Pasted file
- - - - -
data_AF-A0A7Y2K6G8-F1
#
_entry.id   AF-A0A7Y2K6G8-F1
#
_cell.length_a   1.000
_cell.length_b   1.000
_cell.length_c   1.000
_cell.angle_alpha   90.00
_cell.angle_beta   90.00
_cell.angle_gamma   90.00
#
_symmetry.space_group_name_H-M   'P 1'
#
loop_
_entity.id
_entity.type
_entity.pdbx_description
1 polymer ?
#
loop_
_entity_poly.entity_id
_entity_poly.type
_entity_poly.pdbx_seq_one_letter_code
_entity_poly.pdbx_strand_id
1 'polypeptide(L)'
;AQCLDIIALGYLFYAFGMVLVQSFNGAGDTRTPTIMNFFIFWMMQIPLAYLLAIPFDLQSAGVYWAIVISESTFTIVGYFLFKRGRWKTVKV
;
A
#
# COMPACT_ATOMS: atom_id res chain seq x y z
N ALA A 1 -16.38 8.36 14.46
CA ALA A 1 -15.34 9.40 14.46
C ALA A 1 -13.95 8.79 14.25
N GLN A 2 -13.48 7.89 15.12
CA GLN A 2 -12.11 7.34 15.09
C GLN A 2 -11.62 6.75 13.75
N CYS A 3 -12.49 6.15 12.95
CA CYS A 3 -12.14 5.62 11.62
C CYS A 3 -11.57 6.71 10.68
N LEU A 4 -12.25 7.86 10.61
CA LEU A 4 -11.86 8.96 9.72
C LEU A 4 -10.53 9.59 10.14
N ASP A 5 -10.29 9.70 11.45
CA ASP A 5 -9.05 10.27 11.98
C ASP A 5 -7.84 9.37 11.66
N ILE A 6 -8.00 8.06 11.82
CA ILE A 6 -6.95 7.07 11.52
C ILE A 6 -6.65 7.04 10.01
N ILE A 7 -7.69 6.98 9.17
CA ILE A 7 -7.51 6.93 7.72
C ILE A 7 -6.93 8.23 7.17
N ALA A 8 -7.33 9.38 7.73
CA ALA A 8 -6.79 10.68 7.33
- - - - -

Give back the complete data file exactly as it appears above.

data_AF-A0A7Y2K6G8-F1
#
_entry.id   AF-A0A7Y2K6G8-F1
#
_cell.length_a   1.000
_cell.length_b   1.000
_cell.length_c   1.000
_cell.angle_alpha   90.00
_cell.angle_beta   90.00
_cell.angle_gamma   90.00
#
_symmetry.space_group_name_H-M   'P 1'
#
loop_
_entity.id
_entity.type
_entity.pdbx_description
1 polymer ?
#
loop_
_entity_poly.entity_id
_entity_poly.type
_entity_poly.pdbx_seq_one_letter_code
_entity_poly.pdbx_strand_id
1 'polypeptide(L)'
;AQCLDIIALGYLFYAFGMVLVQSFNGAGDTRTPTIMNFFIFWMMQIPLAYLLAIPFDLQSAGVYWAIVISESTFTIVGYFLFKRGRWKTVKV
;
A
#
# COMPACT_ATOMS: atom_id res chain seq x y z
N ALA A 1 -16.38 8.36 14.46
CA ALA A 1 -15.34 9.40 14.46
C ALA A 1 -13.95 8.79 14.25
N GLN A 2 -13.48 7.89 15.12
CA GLN A 2 -12.11 7.34 15.09
C GLN A 2 -11.62 6.75 13.75
N CYS A 3 -12.49 6.15 12.95
CA CYS A 3 -12.14 5.62 11.62
C CYS A 3 -11.57 6.71 10.68
N LEU A 4 -12.25 7.86 10.61
CA LEU A 4 -11.86 8.96 9.72
C LEU A 4 -10.53 9.59 10.14
N ASP A 5 -10.29 9.70 11.45
CA ASP A 5 -9.05 10.27 11.98
C ASP A 5 -7.84 9.37 11.66
N ILE A 6 -8.00 8.06 11.82
CA ILE A 6 -6.95 7.07 11.52
C ILE A 6 -6.65 7.04 10.01
N ILE A 7 -7.69 6.98 9.17
CA ILE A 7 -7.51 6.93 7.72
C ILE A 7 -6.93 8.23 7.17
N ALA A 8 -7.33 9.38 7.73
CA ALA A 8 -6.79 10.68 7.33